A landmark agreement that passed the Legislature Tuesday could finally end years of stalled growth in the Portland region.
The Oregon Senate unanimously passed House Bill 4078 on Tuesday, sending the comprehensive land use bill to Gov. John Kitzhaber for approval. The House unanimously passed the bill last week.
In its approved form, the bill aims to solve the years of debate on the future of growth in Washington County by offering a little something for everyone.
If Kitzhaber signs the bill, land conservationists would get a significant dial back of Washington County's urban reserve designations, while pro-growth cities from western Washington County would see an immediate expansion of Metro's urban growth boundary near their cities. That would also appease developers, eager to turn dirt on land Metro brought into the urban growth boundary in 2011.
Metro would avoid a protracted debate over where to designate urban and rural reserves in Washington County, and would see its future UGB expansion decisions fast-tracked in the courts.
"This bill gives us the basis to work towards the next decision about the urban growth boundary," said Metro Council President Tom Hughes. "Of all of the options presented to us in the last few weeks, this is the best possible solution."
The bill was originally opposed by Metro and many Washington County leaders, but opinions changed after the Oregon Court of Appeals ruled Feb. 20 that Washington County's designation of rural reserves earlier this decade was handled illegally. The ruling led to the very real prospect that Washington County would have to start from scratch in designating rural reserves, which will be locked out from development for the next 50 years.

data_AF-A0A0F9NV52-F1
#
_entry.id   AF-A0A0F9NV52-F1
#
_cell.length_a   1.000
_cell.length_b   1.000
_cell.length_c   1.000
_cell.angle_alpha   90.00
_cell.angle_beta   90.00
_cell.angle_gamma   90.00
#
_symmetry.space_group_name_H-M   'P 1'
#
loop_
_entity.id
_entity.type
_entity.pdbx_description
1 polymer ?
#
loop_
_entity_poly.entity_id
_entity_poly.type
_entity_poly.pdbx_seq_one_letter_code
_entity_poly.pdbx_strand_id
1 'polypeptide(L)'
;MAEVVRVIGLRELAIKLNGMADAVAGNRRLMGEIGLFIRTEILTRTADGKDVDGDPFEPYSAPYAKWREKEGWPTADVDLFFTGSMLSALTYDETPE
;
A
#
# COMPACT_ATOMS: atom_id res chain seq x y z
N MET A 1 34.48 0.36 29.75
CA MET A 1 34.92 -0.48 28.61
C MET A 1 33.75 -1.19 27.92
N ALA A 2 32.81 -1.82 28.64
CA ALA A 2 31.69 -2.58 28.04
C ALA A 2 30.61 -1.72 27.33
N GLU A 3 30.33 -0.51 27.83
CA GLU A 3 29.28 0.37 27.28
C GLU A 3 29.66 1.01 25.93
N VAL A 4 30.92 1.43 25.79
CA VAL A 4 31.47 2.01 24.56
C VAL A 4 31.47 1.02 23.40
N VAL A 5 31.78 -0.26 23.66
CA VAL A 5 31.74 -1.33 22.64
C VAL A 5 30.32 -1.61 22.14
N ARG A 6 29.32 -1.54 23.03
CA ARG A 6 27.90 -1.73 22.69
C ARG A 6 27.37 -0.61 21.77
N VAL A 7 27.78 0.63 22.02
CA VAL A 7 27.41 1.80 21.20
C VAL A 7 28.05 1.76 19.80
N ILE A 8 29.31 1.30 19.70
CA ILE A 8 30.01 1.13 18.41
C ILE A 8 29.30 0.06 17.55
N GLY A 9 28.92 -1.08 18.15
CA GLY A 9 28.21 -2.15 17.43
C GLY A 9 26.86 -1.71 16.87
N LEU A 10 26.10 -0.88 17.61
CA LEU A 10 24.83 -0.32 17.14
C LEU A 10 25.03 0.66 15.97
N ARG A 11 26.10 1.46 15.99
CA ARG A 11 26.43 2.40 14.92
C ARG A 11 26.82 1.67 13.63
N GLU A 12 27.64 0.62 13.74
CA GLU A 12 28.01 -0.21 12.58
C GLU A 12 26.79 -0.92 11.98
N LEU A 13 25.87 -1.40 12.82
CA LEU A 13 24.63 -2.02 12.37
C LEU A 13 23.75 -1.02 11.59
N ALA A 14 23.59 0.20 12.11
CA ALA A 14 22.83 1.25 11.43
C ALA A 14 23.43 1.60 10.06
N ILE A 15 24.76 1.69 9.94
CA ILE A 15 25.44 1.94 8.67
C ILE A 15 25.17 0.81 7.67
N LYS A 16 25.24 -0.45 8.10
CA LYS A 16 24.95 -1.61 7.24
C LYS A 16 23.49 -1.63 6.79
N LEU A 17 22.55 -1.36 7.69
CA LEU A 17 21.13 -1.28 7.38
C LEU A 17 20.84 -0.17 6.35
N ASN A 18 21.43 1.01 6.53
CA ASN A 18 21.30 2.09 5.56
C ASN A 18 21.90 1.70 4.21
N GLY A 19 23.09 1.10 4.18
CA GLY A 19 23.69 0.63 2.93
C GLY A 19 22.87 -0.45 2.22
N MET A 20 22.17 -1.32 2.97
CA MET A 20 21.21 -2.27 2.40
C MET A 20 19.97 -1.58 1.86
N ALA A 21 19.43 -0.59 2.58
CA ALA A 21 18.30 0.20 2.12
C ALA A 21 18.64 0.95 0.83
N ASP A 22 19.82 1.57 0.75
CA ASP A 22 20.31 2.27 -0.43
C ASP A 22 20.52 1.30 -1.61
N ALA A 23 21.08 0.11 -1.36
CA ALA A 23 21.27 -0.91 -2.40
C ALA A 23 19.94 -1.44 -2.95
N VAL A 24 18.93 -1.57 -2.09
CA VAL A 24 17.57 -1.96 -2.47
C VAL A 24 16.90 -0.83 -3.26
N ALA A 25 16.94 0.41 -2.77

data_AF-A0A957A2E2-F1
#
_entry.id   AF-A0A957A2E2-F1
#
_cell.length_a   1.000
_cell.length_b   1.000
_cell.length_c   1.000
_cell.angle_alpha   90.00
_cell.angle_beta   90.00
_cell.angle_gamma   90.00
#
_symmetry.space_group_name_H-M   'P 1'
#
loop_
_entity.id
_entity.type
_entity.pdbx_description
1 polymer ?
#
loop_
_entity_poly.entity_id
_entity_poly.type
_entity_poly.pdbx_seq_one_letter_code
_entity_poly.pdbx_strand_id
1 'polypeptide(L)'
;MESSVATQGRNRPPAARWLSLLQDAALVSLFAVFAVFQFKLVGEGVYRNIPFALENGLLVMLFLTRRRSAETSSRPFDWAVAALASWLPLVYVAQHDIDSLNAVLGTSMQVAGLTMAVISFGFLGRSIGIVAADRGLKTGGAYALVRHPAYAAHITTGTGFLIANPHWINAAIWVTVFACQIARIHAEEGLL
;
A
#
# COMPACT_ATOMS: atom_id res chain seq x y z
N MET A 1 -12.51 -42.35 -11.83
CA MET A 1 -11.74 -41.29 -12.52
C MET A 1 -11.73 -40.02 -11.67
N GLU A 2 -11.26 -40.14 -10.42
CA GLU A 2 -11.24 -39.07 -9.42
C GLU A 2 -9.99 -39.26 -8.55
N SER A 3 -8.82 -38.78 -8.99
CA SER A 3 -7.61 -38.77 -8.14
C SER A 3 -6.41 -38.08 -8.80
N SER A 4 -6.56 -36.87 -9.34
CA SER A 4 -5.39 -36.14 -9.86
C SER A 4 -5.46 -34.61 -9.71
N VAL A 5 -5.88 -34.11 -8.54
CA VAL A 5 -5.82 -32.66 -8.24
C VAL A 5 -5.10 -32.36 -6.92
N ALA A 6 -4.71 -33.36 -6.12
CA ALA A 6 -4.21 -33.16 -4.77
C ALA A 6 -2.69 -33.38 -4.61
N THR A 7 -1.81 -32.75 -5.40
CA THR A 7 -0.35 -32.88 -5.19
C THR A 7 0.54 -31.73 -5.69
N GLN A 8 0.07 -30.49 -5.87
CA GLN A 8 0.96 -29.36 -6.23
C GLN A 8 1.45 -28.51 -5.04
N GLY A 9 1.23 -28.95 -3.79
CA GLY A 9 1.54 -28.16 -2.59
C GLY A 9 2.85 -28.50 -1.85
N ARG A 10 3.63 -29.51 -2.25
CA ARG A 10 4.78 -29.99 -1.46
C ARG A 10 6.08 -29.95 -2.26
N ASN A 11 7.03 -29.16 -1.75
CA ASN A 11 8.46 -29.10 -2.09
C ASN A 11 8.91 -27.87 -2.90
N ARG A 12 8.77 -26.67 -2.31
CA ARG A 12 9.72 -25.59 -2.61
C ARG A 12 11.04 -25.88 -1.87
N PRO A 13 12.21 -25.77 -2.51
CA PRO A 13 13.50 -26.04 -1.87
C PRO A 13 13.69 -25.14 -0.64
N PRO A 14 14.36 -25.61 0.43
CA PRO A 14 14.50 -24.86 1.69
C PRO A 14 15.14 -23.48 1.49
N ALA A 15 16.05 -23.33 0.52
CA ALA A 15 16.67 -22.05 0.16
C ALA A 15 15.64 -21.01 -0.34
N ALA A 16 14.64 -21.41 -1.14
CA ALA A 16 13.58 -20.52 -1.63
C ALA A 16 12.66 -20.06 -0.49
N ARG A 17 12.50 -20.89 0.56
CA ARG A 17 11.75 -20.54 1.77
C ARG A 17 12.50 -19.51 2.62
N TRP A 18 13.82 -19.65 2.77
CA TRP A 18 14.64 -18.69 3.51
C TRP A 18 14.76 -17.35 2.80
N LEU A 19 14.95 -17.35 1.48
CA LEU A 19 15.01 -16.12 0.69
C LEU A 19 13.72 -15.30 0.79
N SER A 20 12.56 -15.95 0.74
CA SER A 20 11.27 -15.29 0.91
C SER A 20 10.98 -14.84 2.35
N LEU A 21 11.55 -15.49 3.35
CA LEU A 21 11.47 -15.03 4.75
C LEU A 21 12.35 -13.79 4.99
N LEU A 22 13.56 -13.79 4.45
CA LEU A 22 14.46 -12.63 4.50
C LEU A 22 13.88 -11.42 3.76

Instead of starting over, many of the parties to the litigation met for settlement negotiations starting Feb. 21, with their verbal agreement forming the basis for the version of HB 4078 that made it to the House and Senate floors.
The agreement only applied to the urban and rural reserves in Washington County. Clackamas County remained neutral about the bill, and officials said that the county, Metro and the Oregon Department of Land Conservation and Development will work together to address legal issues with Metro's designation of the Stafford Basin as urban reserves.
The bill also was quiet on the court's remand of a rural reserve designation in Multnomah County. That is also likely to be addressed by DLCD.
Meanwhile, on the westside, there's at long last a legal path for developing a large piece of farmland south of Hillsboro. Under the old system for expanding the urban growth boundary, that land, surrounded on three sides by city, was unlikely to ever be developed. The old system made it extremely difficult to urbanize farmland, leading to costly, politically cumbersome boundary expansions in hilly areas like Bethany and Damascus.
Jeff Bachrach, an attorney for the developer of the Reed's Crossing project, said Tuesday that work could begin on the site in about a year.
"We're obviously delighted the Legislature decided to intervene," Bachrach said.
But to Sen. Chris Edwards, D-Eugene, the bill was more than an intervention.
"I simply have never before had a chance to be a part of a miracle," Edwards said after his vote.